Tuesday, March 14, 2006

The Future Of The Best Ground Transportation System.

When the hurricanes hit Louisiana the people who were left behind were those who didn't have their own transportation out of the city. When the hurricanes hit Texas, people got out early, but the highways were jammed for miles slowing down the evacuation.

There are a few lessons of the disastrous hurricane season last year that don't get talked about much.

First, people who rely on public transportation are at the mercy of others. Under ordinary circumstances that might mean nothing more than inconvenient schedules. But when disaster strikes, having to rely on public transportation could be fatal.

Second, people who have their own cars are empowered in a disaster because they can rely on themselves to get out of town and out of danger. People should own cars.

Third, the priority for public spending on transportation remains roads. In normal times more roads are needed to increase capacity. In disasters more roads are needed so that people who need to leave town to get out of danger can do so.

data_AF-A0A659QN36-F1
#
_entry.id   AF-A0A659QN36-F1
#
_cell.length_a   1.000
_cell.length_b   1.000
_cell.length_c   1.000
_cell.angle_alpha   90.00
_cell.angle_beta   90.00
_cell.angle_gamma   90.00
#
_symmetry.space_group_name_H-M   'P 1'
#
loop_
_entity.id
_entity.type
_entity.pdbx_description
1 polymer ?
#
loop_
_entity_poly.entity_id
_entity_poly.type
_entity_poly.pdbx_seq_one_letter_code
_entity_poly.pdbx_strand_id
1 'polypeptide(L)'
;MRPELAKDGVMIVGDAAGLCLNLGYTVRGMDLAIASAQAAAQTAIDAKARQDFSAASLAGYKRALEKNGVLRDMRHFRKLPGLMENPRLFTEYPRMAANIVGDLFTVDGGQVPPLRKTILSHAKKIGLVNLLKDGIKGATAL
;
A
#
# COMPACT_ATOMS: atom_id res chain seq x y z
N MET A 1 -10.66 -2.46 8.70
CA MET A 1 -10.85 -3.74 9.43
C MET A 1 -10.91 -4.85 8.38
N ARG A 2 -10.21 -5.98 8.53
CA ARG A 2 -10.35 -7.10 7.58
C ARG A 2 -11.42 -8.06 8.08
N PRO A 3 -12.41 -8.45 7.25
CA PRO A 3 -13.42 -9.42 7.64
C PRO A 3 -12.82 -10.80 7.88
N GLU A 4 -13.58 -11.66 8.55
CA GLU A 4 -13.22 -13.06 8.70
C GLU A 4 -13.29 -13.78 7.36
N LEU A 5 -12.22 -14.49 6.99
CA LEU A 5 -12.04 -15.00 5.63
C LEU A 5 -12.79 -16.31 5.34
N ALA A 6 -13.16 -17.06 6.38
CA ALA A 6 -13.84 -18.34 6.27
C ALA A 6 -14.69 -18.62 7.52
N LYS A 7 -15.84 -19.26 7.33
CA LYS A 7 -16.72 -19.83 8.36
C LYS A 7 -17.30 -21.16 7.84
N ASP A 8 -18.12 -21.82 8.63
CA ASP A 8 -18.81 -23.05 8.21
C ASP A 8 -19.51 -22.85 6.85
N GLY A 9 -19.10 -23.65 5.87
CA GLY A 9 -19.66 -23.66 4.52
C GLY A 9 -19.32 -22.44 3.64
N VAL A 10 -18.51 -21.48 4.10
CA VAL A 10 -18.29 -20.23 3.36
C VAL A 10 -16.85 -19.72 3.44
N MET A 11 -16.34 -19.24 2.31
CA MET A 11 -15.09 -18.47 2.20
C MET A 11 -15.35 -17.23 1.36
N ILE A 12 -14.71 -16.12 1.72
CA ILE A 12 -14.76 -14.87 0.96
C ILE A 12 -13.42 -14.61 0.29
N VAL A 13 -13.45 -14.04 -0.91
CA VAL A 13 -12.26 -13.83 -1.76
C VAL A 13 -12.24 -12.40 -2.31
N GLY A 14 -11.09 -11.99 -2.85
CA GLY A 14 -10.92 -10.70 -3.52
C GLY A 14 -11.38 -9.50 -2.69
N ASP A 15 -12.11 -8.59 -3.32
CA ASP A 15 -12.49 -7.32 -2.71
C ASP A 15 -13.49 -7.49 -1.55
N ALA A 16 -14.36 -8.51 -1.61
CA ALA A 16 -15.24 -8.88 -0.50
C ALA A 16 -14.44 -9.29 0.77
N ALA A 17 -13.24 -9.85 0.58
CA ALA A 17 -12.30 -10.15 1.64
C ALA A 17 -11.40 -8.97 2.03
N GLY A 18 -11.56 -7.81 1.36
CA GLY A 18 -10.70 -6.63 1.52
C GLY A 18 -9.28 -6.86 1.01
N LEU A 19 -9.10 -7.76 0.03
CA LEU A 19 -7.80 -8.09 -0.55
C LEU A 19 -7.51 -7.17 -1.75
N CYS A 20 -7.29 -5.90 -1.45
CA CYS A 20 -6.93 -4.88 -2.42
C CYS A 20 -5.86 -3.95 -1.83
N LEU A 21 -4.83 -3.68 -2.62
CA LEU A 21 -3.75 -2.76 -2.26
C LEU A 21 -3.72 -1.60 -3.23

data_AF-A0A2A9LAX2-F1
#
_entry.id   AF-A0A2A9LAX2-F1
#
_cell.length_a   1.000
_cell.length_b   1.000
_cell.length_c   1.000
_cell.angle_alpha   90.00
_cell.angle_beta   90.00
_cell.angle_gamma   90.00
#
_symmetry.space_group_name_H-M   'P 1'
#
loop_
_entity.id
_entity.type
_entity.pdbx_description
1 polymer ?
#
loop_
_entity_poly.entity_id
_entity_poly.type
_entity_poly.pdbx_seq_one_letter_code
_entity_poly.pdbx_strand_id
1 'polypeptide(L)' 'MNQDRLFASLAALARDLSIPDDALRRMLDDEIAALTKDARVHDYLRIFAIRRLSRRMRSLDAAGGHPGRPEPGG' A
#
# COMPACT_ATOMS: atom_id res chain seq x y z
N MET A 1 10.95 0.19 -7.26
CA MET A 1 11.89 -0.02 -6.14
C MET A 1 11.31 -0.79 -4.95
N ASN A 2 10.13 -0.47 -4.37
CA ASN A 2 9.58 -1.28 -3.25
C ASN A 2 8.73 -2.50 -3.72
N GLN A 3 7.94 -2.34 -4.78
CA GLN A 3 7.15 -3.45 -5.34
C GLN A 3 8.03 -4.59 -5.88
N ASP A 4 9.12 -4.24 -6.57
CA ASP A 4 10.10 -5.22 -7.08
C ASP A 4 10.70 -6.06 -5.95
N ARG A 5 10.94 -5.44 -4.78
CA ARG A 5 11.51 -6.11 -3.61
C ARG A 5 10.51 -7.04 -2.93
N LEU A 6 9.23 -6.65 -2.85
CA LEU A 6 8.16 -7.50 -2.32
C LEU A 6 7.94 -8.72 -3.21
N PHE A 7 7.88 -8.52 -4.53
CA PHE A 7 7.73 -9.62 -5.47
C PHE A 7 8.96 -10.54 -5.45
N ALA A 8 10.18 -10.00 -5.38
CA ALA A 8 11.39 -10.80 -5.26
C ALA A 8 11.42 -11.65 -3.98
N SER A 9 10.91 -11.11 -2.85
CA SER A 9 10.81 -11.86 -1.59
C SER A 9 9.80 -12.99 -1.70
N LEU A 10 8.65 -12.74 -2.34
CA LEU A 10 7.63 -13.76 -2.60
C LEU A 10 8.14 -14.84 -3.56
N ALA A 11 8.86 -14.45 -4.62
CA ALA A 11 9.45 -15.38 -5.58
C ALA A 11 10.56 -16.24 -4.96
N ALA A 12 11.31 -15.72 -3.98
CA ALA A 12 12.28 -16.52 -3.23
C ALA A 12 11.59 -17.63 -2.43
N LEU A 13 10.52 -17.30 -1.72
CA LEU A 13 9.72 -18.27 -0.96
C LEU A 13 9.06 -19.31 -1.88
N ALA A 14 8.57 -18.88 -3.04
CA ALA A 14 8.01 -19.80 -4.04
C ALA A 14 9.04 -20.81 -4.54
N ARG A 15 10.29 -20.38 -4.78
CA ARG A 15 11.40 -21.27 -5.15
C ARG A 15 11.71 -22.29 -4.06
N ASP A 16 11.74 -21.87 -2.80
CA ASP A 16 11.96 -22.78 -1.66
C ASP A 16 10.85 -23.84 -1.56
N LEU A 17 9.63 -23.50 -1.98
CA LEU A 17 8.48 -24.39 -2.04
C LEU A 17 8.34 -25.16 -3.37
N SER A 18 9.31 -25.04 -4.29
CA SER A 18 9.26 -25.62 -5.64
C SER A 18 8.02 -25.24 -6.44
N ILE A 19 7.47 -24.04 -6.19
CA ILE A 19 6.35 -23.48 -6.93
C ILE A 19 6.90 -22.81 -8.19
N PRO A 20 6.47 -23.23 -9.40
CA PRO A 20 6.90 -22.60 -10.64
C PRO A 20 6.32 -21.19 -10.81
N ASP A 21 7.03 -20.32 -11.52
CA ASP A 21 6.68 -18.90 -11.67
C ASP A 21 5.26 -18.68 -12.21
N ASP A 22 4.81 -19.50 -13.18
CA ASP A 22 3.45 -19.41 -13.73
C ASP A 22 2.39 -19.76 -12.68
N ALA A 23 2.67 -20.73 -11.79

Another way to go is to increase the capacity of current roads. This story about research on intelligent automobiles looks like a promising technology for improving highway capacity and safety at the same time. (Here.)


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Yes, those who owns their own cars are more mobile and have more options. But those who didn't own cars in New Orleans had options. They could have take trains and buses out.

The failure here falls mainly on the shoulders of Mayor Nagin to act and to follow his own evacuation plan (by using the school buses).

The people of New Orleans and Louisana must decide on whether they want more and bigger roads or not. The also need to vote in some competent leadership.
> First, people who rely on public transportation are
> at the mercy of others.

Yes, and when it comes to space transportation, Americans have been standing at the side of the road for 40 years.

Even the US military does not have human access to space. The first country that develops a reusable military spaceplane will control outer space, and right now, it does not look like that country will be the US.

If you can understand why private transportation is superior to public "shuttles" on land, why do you think space exploration should continue to rely on central planning and government space shuttles?
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